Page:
Abstract 10124: The Sano Modification: Friend or Foe?
Introduction: The Sano modification of the Norwood procedure involves a right ventriculotomy which has a potential to lead to ventricular arrhythmias and decreased ventricular function. This study aimed to assess the impact of the ventriculotomy on the electrical activity of the ventricle in patients who have undergone the Sano modification, using 3D electroanatomical mapping.
Methods: 10 normal subjects (ages 6-18 years) and 5 Hypoplastic Left Heart Syndrome (HLHS) subjects (ages 3-6 years) with normal right ventricular function (RV) and no ventricular arrhythmias were studied a mean duration of 4.1 ± 1.4 years after their Sano modification. Voltage maps were generated for each ventricle.
Results: HLHS subjects demonstrated a discrete area of low-amplitude (<0.5 mV) bipolar electrograms on the mid-anterior free wall of the right ventricle compared to the rest of the right ventricle in the same patients (average amplitude 0.3 ± 0.01 vs 2.5 ± 0.08 mV, p<0.001) and compared to normal control subjects (3.7 ± 1.4 mV, p = 0.02). This low-amplitude area indicates an area of scar tissue. The area of low amplitude electrograms is surrounded by a border zone (0.5 to 1.5 mV) that transitioned into normal myocardium (>1.5 mV). In contrast, the normal subjects did not demonstrate any areas of low-amplitude electrograms.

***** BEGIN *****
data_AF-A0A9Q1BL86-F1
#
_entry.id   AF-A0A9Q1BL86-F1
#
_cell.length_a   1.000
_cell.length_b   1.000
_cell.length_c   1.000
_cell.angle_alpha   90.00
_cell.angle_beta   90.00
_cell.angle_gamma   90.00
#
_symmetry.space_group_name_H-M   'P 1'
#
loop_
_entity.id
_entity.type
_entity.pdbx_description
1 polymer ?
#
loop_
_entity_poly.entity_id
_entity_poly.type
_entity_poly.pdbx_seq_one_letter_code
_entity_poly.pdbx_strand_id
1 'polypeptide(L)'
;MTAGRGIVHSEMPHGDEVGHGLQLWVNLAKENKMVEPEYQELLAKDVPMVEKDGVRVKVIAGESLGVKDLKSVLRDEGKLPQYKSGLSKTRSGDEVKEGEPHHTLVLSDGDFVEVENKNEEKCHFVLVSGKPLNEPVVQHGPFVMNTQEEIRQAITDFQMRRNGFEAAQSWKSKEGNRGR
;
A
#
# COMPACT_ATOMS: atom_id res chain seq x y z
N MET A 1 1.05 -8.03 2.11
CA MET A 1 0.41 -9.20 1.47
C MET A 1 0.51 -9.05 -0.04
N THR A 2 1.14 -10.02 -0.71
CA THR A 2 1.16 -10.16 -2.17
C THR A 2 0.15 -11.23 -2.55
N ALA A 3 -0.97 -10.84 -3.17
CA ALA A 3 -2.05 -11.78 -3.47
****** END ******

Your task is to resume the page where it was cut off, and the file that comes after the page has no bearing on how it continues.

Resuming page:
Conclusions: Children with HLHS who have undergone the Sano modification of the Norwood procedure have right ventricular scar tissue, presumably related to the ventriculotomy. The presence of this discrete scar tissue combined with systemic pressure over time may potentially lead to ventricular arrhythmias and ventricular dysfunction as seen with other forms of congenital heart disease and will need to be evaluated with future studies.
- © 2011 by American Heart Association, Inc.